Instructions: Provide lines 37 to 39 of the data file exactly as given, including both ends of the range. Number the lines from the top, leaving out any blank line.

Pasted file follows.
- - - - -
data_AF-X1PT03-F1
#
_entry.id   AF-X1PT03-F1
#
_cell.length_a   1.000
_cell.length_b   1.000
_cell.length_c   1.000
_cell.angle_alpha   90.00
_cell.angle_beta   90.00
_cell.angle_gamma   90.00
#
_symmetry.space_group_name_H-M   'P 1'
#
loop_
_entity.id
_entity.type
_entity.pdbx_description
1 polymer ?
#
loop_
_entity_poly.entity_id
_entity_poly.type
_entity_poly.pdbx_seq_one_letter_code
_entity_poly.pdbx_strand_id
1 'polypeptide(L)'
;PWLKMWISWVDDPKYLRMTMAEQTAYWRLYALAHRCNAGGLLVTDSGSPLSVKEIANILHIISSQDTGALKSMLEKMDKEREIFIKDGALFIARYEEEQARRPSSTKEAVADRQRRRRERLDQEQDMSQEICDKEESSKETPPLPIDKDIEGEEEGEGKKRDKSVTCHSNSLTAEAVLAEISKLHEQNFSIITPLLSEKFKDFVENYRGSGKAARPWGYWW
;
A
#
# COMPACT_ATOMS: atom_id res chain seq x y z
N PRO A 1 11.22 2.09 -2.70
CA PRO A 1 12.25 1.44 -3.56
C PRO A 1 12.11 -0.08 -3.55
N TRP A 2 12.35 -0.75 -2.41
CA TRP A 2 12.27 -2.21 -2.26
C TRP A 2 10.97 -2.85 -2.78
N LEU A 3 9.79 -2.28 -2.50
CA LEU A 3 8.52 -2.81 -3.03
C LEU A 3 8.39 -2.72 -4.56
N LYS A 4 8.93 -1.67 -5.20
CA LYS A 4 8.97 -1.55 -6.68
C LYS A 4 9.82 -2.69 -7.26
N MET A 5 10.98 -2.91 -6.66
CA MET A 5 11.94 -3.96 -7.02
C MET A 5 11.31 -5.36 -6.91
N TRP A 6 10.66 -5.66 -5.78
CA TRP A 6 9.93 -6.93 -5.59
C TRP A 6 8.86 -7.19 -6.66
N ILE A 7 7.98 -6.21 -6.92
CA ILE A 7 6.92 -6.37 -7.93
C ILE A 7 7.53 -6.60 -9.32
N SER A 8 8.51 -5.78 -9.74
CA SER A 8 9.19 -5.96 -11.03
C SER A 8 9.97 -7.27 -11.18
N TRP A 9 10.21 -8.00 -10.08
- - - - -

N LEU A 3 9.79 -2.28 -2.50
CA LEU A 3 8.52 -2.81 -3.03
C LEU A 3 8.39 -2.72 -4.56